Soup is a menu mainstay in a lot of different operations, but while it may not seem as portable as a sandwich or a portion of lasagna, it more than earns its place on a carryout menu. In addition to being a strong player among the daily specials—or even the basis of a regular weekly and seasonal rotation—Soup has a lot more going for it.
- It's endlessly versatile. Many delicious soups start with a look into the walk-in to see what there’s a lot of, or what feels right for the day’s weather, or what needs to be used up…
- Soup is perfect for repurposing. There will always be “leftovers”—trim, overproduction, assorted odd bits—especially when takeout is a new service and forecasting is still a challenge.
- It's a vehicle for leftovers. Extra bread can be used for a crouton garnish or even ground into crumbs for a thickener, as in the Spanish bread and garlic soup called acorda or tomato-rich Italian pappa al pomodoro.
- Soup takes many global inspirations. There are enough delicious soup recipes in the world to create a different soup every day, from Chinese hot and sour to Louisiana gumbo to West African peanut soup.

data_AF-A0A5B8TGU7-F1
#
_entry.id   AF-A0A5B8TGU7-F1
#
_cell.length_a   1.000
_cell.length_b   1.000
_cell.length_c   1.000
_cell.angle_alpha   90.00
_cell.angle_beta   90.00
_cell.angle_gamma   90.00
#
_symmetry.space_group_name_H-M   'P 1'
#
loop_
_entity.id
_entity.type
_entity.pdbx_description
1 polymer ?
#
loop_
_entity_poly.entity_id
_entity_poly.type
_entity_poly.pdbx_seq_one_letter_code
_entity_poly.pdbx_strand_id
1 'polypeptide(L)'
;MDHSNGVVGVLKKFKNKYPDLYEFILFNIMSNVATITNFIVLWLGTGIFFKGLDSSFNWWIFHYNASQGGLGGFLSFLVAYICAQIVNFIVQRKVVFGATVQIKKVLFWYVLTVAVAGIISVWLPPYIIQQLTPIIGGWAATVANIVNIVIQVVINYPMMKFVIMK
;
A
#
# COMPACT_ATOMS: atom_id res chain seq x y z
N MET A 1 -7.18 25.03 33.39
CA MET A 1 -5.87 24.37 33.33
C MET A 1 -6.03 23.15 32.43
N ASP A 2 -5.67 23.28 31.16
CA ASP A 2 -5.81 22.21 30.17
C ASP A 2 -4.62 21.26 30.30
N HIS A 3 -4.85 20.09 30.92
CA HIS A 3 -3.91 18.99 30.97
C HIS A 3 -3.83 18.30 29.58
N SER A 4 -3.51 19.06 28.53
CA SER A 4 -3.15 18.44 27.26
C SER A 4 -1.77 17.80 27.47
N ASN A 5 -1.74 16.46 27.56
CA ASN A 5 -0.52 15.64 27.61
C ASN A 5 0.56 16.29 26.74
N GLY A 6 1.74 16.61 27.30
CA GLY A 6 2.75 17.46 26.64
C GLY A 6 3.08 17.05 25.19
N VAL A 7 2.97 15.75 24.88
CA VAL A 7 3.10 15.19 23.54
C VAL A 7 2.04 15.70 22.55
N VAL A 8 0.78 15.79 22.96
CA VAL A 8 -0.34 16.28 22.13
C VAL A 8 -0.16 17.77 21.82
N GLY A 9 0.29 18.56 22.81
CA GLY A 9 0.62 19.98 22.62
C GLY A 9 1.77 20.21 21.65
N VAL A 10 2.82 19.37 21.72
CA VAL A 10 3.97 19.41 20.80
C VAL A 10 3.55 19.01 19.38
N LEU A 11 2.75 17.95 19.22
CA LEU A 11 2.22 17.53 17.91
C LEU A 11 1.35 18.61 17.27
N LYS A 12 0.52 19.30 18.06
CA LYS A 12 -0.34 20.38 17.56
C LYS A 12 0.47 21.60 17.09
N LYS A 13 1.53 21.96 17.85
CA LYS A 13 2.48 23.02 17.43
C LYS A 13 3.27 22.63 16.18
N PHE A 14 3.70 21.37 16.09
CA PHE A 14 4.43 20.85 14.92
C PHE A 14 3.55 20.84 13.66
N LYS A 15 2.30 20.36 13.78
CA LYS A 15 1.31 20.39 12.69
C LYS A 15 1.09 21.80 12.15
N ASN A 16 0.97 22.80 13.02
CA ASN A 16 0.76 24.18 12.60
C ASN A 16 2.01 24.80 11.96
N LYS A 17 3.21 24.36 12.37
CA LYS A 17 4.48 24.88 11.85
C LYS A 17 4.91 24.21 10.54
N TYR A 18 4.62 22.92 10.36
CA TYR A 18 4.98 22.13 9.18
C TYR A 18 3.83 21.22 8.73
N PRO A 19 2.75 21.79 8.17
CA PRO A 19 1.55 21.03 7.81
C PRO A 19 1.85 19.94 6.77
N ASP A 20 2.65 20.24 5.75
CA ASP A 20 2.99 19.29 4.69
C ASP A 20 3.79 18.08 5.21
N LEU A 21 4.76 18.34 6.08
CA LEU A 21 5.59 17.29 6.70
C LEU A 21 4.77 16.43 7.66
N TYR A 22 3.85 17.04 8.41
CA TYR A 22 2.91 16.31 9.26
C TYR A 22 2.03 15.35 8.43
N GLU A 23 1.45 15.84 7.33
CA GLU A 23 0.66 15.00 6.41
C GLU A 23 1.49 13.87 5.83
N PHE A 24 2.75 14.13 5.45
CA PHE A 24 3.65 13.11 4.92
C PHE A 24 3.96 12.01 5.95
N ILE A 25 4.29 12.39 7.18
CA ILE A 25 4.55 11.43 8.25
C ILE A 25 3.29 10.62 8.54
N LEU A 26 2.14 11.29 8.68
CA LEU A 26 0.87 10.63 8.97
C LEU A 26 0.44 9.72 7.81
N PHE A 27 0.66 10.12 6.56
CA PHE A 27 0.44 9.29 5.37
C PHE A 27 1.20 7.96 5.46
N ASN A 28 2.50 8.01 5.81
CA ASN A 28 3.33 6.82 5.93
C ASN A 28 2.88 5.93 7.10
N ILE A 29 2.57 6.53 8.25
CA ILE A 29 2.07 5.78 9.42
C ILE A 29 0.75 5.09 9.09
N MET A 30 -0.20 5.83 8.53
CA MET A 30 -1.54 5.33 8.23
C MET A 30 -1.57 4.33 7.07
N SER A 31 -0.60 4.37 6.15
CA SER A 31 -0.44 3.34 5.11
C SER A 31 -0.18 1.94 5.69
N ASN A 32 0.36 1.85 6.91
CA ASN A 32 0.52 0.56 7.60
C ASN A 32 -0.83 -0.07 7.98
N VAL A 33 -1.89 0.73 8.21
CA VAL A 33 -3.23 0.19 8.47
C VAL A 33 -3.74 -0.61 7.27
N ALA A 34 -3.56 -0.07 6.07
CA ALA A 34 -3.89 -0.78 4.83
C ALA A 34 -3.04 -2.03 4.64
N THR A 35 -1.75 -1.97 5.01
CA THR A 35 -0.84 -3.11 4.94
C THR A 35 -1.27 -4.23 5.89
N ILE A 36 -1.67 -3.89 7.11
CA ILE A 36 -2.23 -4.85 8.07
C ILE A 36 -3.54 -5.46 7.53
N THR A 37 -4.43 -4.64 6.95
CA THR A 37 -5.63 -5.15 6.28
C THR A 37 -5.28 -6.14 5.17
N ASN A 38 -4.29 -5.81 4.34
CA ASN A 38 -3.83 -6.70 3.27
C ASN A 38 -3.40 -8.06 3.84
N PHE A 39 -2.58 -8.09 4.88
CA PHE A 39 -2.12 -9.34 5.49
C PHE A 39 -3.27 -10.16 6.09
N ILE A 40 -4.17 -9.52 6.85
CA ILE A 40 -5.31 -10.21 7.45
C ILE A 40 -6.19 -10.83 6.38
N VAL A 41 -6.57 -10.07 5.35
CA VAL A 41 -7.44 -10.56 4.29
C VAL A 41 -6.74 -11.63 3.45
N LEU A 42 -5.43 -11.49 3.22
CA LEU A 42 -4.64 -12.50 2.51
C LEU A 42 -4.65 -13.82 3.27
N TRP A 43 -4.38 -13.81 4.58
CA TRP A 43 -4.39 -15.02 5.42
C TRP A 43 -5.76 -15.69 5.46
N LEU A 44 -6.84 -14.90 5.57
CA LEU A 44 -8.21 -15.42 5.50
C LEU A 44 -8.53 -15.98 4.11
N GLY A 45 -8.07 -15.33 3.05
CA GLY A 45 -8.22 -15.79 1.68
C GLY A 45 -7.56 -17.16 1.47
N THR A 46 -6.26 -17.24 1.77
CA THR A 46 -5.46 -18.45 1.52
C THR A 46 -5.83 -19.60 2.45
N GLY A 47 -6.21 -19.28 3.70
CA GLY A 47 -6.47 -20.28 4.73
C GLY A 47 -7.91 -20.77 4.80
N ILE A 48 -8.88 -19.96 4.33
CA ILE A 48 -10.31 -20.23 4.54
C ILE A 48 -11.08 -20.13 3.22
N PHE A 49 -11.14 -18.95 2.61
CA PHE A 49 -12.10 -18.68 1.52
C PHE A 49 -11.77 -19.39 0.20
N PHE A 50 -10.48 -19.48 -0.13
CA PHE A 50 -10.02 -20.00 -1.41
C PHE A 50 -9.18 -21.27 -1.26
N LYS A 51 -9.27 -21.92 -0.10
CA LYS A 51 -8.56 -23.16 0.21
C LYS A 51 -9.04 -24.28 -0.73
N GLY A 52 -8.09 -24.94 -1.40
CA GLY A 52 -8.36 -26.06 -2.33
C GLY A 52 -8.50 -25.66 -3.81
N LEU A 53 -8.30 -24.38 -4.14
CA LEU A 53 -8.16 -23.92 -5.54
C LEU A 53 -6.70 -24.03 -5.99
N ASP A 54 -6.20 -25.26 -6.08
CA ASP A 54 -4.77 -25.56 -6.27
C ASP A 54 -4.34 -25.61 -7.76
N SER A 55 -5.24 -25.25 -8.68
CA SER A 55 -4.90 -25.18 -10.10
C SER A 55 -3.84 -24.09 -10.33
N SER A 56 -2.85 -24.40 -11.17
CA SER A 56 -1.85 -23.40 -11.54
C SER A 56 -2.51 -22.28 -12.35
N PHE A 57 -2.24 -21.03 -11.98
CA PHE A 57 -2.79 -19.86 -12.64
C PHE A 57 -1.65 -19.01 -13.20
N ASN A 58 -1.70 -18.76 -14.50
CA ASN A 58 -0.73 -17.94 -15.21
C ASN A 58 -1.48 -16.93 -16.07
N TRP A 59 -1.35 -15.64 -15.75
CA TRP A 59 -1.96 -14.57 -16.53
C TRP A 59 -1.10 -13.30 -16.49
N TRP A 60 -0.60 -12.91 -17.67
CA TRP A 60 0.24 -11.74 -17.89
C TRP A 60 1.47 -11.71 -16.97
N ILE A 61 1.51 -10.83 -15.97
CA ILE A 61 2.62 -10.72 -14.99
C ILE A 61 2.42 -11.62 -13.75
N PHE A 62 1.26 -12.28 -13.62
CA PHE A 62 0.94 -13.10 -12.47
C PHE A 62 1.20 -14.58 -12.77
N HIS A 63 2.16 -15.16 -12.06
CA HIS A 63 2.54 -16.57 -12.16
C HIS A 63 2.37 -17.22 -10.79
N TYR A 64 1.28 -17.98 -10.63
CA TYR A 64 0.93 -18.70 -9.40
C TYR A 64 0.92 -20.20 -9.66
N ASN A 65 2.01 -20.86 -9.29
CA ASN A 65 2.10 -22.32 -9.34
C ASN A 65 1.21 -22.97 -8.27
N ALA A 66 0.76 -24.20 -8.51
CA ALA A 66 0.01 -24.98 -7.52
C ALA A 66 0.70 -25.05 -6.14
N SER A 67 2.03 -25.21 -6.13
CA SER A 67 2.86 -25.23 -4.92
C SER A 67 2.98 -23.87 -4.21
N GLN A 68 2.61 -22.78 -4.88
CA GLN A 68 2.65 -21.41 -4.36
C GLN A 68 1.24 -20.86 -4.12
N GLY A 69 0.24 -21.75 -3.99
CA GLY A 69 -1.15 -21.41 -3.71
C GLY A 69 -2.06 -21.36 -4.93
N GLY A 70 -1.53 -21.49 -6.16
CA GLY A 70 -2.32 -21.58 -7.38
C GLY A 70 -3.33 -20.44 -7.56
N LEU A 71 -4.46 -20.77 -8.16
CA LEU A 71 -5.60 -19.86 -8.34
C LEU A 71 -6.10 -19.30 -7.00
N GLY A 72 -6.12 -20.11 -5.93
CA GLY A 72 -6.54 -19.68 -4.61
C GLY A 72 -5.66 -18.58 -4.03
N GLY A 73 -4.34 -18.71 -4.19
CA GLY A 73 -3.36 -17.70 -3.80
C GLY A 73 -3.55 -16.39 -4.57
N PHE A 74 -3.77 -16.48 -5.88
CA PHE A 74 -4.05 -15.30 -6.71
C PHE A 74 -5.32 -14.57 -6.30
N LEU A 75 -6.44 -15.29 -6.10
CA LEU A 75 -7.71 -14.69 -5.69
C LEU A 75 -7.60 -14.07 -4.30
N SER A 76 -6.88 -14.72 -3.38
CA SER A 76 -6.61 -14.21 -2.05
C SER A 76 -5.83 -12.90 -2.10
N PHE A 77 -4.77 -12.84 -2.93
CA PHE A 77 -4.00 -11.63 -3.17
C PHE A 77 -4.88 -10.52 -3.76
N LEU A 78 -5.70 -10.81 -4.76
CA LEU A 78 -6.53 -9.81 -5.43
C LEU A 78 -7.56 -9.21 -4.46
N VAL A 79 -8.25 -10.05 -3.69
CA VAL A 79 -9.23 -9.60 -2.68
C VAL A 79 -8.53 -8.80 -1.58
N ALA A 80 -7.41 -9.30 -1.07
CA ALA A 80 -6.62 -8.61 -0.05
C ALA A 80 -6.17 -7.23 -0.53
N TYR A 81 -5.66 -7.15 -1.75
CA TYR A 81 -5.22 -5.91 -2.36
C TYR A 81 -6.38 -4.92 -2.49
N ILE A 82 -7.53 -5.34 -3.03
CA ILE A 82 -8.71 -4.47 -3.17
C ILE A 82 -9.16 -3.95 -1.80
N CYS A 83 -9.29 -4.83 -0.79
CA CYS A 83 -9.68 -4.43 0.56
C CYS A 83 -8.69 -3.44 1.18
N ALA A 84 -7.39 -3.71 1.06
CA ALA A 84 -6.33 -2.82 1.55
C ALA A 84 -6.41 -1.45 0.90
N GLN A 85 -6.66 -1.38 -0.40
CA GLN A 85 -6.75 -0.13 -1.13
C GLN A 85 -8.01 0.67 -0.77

- Soup can be light or hearty. Thin brothy soups or satisfying chowders, suave vegetable purees or chunky beef and barley, soup has many moods and many roles in a meal, including appetizers and main courses.
- Soup and meatless menus go together. Vegetarians, vegans, and flexitarians love soup. There are plenty of vegetable- and grain-based soups that eschew dairy products and eggs to satisfy even those diners who eat no animal products whatsoever.
- It’s easy to build a combo around soup. There’s nothing revolutionary about pairing soup with a salad or a half sandwich, but there’s a reason these combos are ever-popular: They give diners a more complete and interesting meal experience.
- Soup is great in a buy-local environment. Supporting local farmers and suppliers is easier when you can take a boatload of zucchini, misshapen carrots, or some fresh pork that’s been frozen. Given the right customer base, it makes for a good menu backstory.
- Soup can be offered in multiple portions. From a single serving to a quart or even a gallon, soups can be sold for take-home family meals or personal larder-stocking.
- Soup is comforting. And during uncertain times, that’s very, very important.
The information provided is based on a general industry overview, and is not specific to your business operation. Each business is unique and decisions related to your business should be made after consultation with appropriate experts.